Friday, January 15, 2010

There's never been a greater need

I've been absent from the blog pages for an uncharacteristically long time, due to a combination of holiday leave, illness, and submersion in meeting grant proposal deadlines. I totaled them up today, and I've written and submitted fifteen grant proposals over the past two months in support of our volunteer and outreach programs! Hopefully it will pay off, allowing us to continue recruiting excellent volunteer coordinators, student and youth interns, and participants in our "Camping Adventures with My Parents" program. Already we've received thousands of dollars in support through Washington's National Park Fund, and to those of you who have contributed to their efforts, I thank you humbly and gratefully.

Meanwhile, I've been struck repeatedly over the past month by how great the need is for volunteers. We've had a rash of police officers wounded or killed lately, including two just north of Eatonville, and there have been multiple benefit events to raise money for their families. The neice of one of our employees here at the national park was seriously injured in an automobile accident last week, and there will be benefit dinners on her behalf, along with volunteer efforts to refit her house to accommodate wheelchairs. So many people these days are in dire straits due to the economy, and agencies that provide support for them have never been in greater need of assistance, both in donations and volunteer time. And, of course, we're all watching the crisis unfold in Haiti, where local volunteers were killed during the performance of their duties, and where more volunteers are pouring in every day to help with the long recovery. There, too, there is a role for everyone: even those who aren't able to fly to the Caribbean can contribute to volunteer charities or even "text" a few dollars in support through their cell phone.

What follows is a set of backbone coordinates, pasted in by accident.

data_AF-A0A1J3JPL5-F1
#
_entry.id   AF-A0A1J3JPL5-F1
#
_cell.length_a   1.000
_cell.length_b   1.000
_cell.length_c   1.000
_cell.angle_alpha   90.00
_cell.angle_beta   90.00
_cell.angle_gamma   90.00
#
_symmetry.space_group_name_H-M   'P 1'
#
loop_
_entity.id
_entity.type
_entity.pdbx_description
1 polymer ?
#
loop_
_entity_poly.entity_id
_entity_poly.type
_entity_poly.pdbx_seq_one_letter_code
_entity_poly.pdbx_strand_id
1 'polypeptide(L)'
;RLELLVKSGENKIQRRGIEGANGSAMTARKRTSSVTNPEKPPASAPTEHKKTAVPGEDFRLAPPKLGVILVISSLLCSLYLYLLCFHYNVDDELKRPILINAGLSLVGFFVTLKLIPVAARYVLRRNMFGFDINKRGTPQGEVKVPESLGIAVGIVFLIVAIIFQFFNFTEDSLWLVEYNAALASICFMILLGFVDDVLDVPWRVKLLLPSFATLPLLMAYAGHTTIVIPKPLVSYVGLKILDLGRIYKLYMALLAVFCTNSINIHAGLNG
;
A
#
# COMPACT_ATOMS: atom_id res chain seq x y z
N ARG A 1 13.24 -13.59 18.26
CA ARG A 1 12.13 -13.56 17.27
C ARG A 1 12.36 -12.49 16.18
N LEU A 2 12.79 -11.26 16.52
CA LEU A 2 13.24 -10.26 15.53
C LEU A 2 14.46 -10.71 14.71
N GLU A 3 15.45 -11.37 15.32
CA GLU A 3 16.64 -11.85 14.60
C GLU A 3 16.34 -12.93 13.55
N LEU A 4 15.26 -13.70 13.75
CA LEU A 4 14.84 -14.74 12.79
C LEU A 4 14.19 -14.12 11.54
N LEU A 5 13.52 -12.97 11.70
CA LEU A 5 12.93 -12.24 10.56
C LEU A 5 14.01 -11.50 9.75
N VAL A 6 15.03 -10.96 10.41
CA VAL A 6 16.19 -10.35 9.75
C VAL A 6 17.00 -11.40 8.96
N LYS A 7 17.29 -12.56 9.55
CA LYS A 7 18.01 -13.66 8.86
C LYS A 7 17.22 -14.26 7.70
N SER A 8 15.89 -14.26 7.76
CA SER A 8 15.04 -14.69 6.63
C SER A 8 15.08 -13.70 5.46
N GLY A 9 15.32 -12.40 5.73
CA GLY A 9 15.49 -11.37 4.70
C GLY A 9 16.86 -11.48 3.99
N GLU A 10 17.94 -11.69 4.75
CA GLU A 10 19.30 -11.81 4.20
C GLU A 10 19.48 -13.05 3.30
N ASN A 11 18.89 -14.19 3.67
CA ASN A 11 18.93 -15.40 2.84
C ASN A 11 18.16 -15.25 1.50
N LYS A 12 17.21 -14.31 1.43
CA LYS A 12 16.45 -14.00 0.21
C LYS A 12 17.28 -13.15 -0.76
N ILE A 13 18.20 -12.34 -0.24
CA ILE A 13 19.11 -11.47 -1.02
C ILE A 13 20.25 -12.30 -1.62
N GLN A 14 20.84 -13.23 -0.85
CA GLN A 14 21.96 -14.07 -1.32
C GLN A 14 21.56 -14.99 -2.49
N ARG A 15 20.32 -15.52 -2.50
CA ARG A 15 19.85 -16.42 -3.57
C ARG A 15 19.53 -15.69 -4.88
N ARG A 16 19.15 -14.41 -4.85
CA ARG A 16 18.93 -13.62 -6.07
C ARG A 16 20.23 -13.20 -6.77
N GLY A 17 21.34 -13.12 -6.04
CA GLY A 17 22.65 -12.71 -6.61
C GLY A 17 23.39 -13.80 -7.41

It is in times like this, when our communities, our nation, and our world are in their greatest need, when the role of volunteerism in our national identity really shines. Americans are reportedly one of the most generous nations on earth in terms of volunteer service. (If anyone can find good statistics to back up this oft-repeated claim, let me know; the few studies I could find do tend to support it.) 62 million of us donate a median of 52 hours of service every year, even on top of our full-time jobs (or unemployment) and substantial charitable financial contributions. Some do so by flying around the world to help for months or years at a time in Haiti or Afghanistan; others volunteer in their spare minutes at local schools or national parks.

I will soon be posting a "master list" of volunteer opportunities at Mount Rainier in the coming year on this blog, and you can find most of them tabulated in the right-hand column of this page. Other national park and public lands volunteer opportunities can be found at the websites and There isn't much happening at Mount Rainier this time of year, as the rain and snow pours down outside, but there are many ways to contribute in your own neighborhood while you wait for the weather to improve.

I think it's revealing of our national character--and also, in a way, comforting--that the combined volunteer contributions of Americans, measured as equivalent full-time employees, is substantially greater than the total of number people working in Federal and State governments nationwide. We are the ones who make it happen. To all of you, keep up the great work, and thanks.

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